Advice on Applying to College for Juniors, from a Senior

By Necati Unsal, Section Editor

Applying to college can be stressful, especially given the extenuating circumstances of Covid, the massive workload of junior year, and what seems like the constantly changing applications process. Having said that, here are some tips that would have helped me at the spot you all are at now, as a junior, mostly through the year. 

To preface this all, I will avoid traditional advice like “start the process early” or “study for a higher SAT/ACT score,” since I’m assuming you all have heard this or will hear this later this year. 


  1. Focus on fit

When I mean “fit,” I’m referring to how well you think a school would fit your needs and how you’d fit into their specific school community. The benefit here is two-fold. On the one hand, you’ll benefit from a school that fits your needs and suits you best, but you’ll also benefit from a more straightforward application process. When you are ultimately hit with the age-old “Why Us?” essay topic, it helps tremendously to know why you genuinely want to go to the school, which often resides less in academic ranking in a subject of your choice or some specific program, and more in things like general school vibes and what the student body is like. Addressing these lesser-known aspects of a school will help you stick out in an age where everyone can look up different programs and classes on a school’s websites and help you decide where you want to spend your next four years. 


  1. Be a little strategic. 

Many people, myself included, often oscillate from being too focused on being strategic to not focusing on it at all. What I mean by being strategic is applying to a school less so because you like it, and more because whether you think you can get in, or when to use things like Early Action or Early Decision on specific schools that give preference to those applicants. This isn’t necessarily bad. I mean, getting into your second or third choice school during the Early Decision round and not being able to go to your first-choice school is much better than not getting into your first, second, or third choice. Despite this, you also want to keep that aforementioned authenticity in mind. Do you like that second or third-choice school, and can you articulate why? If not, it may be your best bet to either reevaluate the list of schools you’re applying to or apply to your first choice early decision since that would maximize your chances (depending on the school, mine included, they may not factor/prioritize early applicants) and allow you to articulate why you want to go to that school authentically. With this all being said, it’s often best to practice a combination of both of these extremes and see what’s best for your situation (ultimately, only you know where you’re applying and what you want out of the process).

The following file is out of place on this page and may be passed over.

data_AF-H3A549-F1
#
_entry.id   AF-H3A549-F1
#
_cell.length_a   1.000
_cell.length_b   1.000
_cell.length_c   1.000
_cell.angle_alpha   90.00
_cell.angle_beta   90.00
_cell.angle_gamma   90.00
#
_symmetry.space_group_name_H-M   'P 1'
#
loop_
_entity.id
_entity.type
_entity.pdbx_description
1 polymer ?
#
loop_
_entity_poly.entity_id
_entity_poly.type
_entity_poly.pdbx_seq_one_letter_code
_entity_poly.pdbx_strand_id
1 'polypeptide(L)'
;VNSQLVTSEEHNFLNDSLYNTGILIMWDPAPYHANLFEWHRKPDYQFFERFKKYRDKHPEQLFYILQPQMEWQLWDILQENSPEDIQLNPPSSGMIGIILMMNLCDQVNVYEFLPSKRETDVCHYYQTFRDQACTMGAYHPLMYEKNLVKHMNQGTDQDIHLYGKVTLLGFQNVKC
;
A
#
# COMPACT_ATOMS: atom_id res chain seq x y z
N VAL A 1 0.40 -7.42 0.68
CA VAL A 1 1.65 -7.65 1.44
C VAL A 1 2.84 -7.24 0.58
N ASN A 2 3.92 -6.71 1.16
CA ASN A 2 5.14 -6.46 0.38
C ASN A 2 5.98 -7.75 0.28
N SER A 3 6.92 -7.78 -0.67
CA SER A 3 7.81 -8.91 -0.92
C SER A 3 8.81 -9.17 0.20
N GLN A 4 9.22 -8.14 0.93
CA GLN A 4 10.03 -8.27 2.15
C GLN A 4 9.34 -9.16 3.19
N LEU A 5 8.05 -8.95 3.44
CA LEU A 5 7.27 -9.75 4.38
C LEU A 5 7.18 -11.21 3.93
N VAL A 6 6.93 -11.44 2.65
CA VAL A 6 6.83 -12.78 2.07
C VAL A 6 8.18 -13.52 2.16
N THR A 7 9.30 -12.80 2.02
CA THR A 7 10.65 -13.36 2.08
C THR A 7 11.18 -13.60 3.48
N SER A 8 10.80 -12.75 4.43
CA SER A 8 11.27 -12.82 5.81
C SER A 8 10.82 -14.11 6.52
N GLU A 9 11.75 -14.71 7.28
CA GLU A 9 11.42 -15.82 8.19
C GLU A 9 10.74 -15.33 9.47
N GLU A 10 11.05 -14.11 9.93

1. Talk it Through 


This is a touchy subject. Sometimes, conversations about college are avoided, since they typically revolve around, school A is better than school B, or constant anxiety-ridden discussions, which I unfortunately also found myself often in the midst of, that serve only to make you and the people around you (friends and family) even more nervous and confused about applying to colleges. That being said, there is something to be said for the occasional – and occasional is key! – conversation about college, just to vent a bit and perhaps learn something new that may help out. This minimizes some of the anxiety of constant college talk while giving you less rather than more confusion than you had previously. This is probably the most important point I’ll make throughout this: please, talk to your college counselors. Talking to your college counselors, for one, is far more certain to help you out than asking your friend for college advice, since your counselor has far more experience. Additionally, the more you tell your counselor, both as far as questions and general facts and preferences about yourself go, the more they’ll be able to help you out and give personalized recommendations. 


I hope some of that helps. But, again, all of this information is from my singular experience and can probably vary based on your situation, so take all of this at face value and feel free to ask others, teachers, friends, family, and most importantly, your college counselor for their recommendations.